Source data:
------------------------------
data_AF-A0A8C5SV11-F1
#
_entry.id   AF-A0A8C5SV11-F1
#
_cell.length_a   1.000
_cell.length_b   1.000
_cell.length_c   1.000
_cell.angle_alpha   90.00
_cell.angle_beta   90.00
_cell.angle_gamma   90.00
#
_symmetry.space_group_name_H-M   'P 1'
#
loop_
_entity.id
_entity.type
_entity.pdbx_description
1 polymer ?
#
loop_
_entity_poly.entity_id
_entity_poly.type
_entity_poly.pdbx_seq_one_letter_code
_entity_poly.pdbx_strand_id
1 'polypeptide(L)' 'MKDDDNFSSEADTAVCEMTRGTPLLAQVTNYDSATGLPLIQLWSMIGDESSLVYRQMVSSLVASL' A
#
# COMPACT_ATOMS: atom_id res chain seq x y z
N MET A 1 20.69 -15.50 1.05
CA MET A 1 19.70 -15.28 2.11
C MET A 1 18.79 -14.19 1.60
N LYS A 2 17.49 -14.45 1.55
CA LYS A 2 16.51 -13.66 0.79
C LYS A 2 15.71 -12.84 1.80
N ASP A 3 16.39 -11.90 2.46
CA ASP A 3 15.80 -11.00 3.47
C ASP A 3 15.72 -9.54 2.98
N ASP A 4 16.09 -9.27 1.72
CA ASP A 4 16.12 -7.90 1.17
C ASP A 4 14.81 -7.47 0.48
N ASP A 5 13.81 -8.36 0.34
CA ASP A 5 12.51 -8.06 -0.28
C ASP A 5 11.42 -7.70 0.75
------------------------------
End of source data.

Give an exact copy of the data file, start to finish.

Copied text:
data_AF-A0A8C5SV11-F1
#
_entry.id   AF-A0A8C5SV11-F1
#
_cell.length_a   1.000
_cell.length_b   1.000
_cell.length_c   1.000
_cell.angle_alpha   90.00
_cell.angle_beta   90.00
_cell.angle_gamma   90.00
#
_symmetry.space_group_name_H-M   'P 1'
#
loop_
_entity.id
_entity.type
_entity.pdbx_description
1 polymer ?
#
loop_
_entity_poly.entity_id
_entity_poly.type
_entity_poly.pdbx_seq_one_letter_code
_entity_poly.pdbx_strand_id
1 'polypeptide(L)' 'MKDDDNFSSEADTAVCEMTRGTPLLAQVTNYDSATGLPLIQLWSMIGDESSLVYRQMVSSLVASL' A
#
# COMPACT_ATOMS: atom_id res chain seq x y z
N MET A 1 20.69 -15.50 1.05
CA MET A 1 19.70 -15.28 2.11
C MET A 1 18.79 -14.19 1.60
N LYS A 2 17.49 -14.45 1.55
CA LYS A 2 16.51 -13.66 0.79
C LYS A 2 15.71 -12.84 1.80
N ASP A 3 16.39 -11.90 2.46
CA ASP A 3 15.80 -11.00 3.47
C ASP A 3 15.72 -9.54 2.98
N ASP A 4 16.09 -9.27 1.72
CA ASP A 4 16.12 -7.90 1.17
C ASP A 4 14.81 -7.47 0.48
N ASP A 5 13.81 -8.36 0.34
CA ASP A 5 12.51 -8.06 -0.28
C ASP A 5 11.42 -7.70 0.75